I travelled to columbia, South Carolina with seven friends to stroke the hair of the cold body of what used to be one of my greatest friends.
it looked a little like her, but it wasn't smiling, something Helen did readily and often. when I die, I'm going to leave specific instructions to the mortician to try to make me smile a bit for my friends. even a little smirk would do.
I loved Helen. and here I am after midnight in a kinkos assembling a memorial 'zine for everyone to have at the funeral tomorrow.
the only time I can think of that I felt nearly so bad was when I went to my girlfriend's funeral in New York. I still wear the scars of that, but probably because she killed herself.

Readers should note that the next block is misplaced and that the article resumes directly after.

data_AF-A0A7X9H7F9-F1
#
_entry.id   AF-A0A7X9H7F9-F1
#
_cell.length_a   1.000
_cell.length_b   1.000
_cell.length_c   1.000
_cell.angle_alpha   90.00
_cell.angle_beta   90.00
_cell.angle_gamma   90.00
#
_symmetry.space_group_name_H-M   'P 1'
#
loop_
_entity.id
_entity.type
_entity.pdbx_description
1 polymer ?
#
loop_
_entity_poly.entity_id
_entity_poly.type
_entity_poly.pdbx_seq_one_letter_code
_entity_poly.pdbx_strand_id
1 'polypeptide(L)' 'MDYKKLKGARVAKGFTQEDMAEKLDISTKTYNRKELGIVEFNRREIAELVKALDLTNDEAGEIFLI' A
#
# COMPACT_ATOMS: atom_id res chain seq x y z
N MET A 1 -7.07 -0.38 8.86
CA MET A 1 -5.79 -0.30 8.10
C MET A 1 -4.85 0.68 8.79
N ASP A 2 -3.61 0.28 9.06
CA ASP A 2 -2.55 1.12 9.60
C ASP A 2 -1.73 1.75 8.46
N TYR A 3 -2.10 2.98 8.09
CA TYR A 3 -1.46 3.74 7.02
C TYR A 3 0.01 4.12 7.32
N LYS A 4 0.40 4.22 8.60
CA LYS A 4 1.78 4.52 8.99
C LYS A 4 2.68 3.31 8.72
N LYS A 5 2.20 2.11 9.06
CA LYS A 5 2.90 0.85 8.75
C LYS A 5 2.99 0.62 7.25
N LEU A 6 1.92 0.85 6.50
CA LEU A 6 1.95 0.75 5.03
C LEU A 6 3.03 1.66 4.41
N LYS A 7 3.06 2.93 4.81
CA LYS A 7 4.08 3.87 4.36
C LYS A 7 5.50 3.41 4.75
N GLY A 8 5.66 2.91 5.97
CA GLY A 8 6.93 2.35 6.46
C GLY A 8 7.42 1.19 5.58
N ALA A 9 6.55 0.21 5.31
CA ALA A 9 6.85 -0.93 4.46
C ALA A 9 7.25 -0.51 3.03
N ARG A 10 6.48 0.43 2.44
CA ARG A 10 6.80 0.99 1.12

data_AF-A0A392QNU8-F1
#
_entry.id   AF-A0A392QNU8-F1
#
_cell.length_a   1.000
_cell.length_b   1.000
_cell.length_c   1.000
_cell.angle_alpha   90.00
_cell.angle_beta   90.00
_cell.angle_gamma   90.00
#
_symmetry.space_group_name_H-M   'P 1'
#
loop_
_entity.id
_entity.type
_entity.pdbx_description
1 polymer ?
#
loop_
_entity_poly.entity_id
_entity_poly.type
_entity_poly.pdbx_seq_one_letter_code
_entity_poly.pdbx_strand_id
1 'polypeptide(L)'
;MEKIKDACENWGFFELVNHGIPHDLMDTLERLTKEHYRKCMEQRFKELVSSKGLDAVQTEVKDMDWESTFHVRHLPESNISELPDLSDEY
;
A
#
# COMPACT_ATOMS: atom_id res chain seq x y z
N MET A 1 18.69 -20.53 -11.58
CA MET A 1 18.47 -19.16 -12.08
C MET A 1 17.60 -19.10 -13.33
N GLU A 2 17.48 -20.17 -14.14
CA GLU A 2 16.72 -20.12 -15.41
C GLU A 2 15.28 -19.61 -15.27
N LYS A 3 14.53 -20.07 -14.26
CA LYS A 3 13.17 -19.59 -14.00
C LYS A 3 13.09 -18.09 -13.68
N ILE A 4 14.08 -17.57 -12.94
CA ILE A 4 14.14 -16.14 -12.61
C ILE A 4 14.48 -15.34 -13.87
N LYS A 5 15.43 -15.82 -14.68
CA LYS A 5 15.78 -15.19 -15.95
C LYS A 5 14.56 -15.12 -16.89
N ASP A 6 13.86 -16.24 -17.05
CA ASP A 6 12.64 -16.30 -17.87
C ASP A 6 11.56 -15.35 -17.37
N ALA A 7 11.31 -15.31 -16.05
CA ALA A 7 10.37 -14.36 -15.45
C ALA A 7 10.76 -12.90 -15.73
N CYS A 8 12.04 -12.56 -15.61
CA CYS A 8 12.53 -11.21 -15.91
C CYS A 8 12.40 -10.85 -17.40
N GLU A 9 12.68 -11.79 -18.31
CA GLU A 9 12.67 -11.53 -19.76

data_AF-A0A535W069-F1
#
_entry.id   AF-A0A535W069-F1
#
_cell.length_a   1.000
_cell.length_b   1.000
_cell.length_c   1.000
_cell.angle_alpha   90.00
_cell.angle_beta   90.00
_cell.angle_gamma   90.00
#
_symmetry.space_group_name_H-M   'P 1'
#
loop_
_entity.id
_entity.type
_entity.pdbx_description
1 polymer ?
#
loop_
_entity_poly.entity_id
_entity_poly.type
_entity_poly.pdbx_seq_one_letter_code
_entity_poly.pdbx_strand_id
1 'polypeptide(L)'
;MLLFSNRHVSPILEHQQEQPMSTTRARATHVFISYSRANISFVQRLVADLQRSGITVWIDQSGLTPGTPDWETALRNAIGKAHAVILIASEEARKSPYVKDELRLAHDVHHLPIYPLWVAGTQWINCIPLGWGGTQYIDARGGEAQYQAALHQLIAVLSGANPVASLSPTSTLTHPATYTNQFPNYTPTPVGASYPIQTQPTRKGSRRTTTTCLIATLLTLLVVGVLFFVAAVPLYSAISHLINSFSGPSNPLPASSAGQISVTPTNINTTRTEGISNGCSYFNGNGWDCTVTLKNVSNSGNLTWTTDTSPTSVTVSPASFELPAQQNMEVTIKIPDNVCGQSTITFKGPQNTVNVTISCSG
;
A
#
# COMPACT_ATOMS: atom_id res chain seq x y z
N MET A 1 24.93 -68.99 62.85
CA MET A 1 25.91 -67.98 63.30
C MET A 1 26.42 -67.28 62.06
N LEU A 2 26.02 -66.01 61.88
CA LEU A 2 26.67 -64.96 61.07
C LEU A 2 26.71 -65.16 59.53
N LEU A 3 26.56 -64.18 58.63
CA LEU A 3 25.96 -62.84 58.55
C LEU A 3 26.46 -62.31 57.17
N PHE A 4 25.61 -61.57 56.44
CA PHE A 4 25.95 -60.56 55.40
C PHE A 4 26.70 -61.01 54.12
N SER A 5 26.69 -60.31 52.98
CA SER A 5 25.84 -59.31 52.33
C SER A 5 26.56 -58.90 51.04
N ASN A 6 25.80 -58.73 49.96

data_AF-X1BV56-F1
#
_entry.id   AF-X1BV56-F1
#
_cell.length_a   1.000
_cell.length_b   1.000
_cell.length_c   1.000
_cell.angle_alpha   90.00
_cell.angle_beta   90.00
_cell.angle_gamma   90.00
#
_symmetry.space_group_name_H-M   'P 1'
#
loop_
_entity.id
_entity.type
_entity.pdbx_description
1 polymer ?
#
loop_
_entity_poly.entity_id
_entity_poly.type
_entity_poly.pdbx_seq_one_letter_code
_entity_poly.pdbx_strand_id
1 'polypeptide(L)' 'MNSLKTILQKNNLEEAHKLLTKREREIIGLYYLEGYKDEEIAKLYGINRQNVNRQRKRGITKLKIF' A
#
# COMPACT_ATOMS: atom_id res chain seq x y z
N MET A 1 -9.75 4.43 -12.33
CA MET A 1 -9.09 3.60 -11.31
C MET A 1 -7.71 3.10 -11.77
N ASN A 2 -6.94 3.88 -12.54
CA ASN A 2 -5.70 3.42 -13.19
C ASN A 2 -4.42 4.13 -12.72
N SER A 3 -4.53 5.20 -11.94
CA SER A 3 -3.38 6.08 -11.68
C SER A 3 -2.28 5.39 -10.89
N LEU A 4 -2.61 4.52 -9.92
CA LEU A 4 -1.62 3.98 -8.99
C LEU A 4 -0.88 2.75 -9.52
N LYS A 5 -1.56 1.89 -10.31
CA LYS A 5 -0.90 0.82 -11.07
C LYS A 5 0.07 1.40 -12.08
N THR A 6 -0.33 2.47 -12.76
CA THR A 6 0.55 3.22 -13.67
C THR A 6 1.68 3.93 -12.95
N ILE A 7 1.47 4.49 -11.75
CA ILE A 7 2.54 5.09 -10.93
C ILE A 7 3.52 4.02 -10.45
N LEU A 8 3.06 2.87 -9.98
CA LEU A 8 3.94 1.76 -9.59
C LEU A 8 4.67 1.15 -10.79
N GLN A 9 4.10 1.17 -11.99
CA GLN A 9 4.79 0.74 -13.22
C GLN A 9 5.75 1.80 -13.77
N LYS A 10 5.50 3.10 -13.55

this pain is different. we weren't lovers (Paul was the love of her life) but Helen and I bonded more deeply than I have with any lover. She would always find ways to cheer me when I was down. She gave me inspiration to push myself and my artwork beyond where I thought I could go. She accepted my quirks unconditionally (as long as I never tried to get her to eat meat.) she sent postcards out of the blue with a happy note or an odd philosophical question on the back.
She was so much more to me and to so many others as well. Her murder has left a raw wound on my soul that I don't know will ever heal.
Paul must feel as if his life has been torn away from him. His right hand may never work well again. His son is motherless. The city that he was wary of returning to has killed his soulmate.
I'll fly home to LA on thursday to an empty house and try hard to remember how to eat and sleep.
it won't come easily.